Meta-blogging: Awards and Quality of Food Blog Writing

I wanted to touch upon this yesterday, when writing about the just release James Beard award. But Hillel over at Tasting Menu beat me to the punch. He raises some important points about the lack of acknowledgement by the mainstream food establishment when it comes to food blogs.

The mainstream food media has really started to recognize the high quality content coming from the hundreds of food blogs that have sprouted all over the net. Maybe eventually these contests will catch up as well.

I couldn’t agree more. It would be great if awards given out by folks like the James Beard Foundation or the Bert Green Awards, given out by the International Association of Culinary Professionals would recognize some…no wait…any of the great writing happening on food blogs.

It’s not a measure of quality. Many of the posts I’ve read over the past year equal (and often surpass) the level of quality of demonstrated by the nominees of both awards. Seriously, take a look at my favorite post from last year… Shiokadelicious‘ post about birthday cakesOf Birthday’s Past. Now compare that against any of the nominees, and tell me how it compares against say…Internet Nominee Natalie MacLean for her post American Idol.

Whoops, you can’t. Because the article isn’t listed on her site.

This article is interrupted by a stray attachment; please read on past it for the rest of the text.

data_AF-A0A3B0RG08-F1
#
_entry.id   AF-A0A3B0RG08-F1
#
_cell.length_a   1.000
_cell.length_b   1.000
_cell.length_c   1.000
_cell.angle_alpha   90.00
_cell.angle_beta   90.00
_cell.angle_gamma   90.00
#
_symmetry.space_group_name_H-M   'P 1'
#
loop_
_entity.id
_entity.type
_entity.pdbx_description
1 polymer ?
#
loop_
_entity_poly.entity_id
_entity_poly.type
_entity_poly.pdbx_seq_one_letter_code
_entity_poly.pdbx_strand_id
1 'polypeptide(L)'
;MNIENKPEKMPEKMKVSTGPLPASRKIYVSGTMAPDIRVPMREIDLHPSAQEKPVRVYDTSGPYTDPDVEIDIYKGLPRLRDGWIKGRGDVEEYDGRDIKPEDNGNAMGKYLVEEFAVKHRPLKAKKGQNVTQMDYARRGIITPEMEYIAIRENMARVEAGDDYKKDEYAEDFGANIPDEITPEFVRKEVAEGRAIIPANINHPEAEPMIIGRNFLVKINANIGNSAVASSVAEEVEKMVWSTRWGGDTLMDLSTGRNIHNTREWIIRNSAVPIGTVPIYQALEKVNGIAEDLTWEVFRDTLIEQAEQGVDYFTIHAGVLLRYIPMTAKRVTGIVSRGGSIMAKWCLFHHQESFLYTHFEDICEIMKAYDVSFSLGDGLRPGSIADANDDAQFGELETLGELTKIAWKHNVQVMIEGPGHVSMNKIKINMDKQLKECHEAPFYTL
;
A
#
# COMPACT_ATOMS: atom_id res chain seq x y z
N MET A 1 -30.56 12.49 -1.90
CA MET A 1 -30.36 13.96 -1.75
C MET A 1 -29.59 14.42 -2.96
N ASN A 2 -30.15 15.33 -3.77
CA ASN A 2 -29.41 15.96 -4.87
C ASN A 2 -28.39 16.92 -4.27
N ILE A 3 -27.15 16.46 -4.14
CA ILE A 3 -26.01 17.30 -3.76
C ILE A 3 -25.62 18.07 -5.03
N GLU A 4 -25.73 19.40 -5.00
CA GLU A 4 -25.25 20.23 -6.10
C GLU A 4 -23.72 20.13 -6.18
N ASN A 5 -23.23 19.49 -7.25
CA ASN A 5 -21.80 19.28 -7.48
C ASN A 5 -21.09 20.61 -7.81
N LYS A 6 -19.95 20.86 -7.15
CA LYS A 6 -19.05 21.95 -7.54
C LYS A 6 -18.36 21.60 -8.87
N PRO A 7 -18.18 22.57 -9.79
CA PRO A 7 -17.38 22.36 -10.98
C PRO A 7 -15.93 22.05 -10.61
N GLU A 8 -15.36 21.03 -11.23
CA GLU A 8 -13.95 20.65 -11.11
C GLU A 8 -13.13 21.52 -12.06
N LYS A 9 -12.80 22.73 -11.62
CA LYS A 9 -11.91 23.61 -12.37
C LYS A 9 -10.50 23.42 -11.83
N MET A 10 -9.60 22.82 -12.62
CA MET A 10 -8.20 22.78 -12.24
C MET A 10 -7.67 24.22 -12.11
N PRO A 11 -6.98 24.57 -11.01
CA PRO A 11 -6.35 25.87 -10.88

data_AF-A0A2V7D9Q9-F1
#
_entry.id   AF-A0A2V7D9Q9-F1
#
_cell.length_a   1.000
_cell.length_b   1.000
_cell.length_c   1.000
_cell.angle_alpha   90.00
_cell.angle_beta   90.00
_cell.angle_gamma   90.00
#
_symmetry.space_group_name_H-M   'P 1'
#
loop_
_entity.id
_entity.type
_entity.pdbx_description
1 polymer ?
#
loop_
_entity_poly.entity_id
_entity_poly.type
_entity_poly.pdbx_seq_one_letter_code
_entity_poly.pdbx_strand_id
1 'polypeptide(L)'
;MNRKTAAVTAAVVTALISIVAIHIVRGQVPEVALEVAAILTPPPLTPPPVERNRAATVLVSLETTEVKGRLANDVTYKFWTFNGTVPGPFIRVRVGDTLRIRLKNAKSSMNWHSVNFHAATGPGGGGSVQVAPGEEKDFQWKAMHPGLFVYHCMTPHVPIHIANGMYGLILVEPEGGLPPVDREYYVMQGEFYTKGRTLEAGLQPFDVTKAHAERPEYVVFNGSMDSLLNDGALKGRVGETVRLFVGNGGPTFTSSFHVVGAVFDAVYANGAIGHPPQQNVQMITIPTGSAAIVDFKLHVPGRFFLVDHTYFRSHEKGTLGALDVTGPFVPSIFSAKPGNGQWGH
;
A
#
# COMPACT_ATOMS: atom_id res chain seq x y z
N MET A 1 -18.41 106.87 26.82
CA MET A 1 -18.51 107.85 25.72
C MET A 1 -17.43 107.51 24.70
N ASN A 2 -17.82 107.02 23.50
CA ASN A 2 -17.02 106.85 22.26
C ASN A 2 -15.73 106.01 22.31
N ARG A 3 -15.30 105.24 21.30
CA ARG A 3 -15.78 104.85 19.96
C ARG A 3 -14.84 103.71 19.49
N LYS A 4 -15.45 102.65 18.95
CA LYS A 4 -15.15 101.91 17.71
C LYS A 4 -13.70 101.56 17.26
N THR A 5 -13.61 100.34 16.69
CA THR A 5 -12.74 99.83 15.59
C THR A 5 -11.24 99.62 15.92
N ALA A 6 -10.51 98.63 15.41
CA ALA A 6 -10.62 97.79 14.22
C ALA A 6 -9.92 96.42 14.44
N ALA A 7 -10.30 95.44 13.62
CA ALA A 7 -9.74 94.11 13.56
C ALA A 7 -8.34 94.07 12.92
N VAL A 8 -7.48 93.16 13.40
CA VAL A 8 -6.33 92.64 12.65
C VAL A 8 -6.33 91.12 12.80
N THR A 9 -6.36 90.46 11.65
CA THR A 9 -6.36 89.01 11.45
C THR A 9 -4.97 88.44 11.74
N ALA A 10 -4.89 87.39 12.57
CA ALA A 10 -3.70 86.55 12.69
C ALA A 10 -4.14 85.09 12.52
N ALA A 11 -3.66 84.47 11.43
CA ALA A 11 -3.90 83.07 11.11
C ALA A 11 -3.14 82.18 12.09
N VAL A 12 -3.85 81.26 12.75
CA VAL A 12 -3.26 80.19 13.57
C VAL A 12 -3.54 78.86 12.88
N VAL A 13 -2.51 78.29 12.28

I don’t mean to Disparage Ms. MacLean, who does write wonderfully. My point here is that these awards tend to be geared towards established food writers who happen to have an internet presence, rather than those who work almost exclusively on the ‘net.

However, the food blog community needs to understand just how good we are. When fall rolls around this year, we need to ensure that several of us have the confidence and courage to actually apply for these awards.

A lot of this, I’m sure, is a bit of an inferiority complex on the bloggers part. We’re a new medium and no one knows exactly how to make an imprint, aside from being recognized by the established food media. We, the food blogging community, fall squarely into the unestablished food writing media. We have our fans, we have our passion and we have our outlet. What we don’t have is recognition from the upper echelon of the foodie world.

The question is now, what can we do about it?

Really, the only thing I believe we can do is to keep writing.

That’s it.

Any time a new medium is introduced, there is a period of time from when the established medias take the new one seriously. The key for this to happen, is to have the participants of the new medium to take themselves seriously. From looking across the vast array of food blogs out there, we’re already there.


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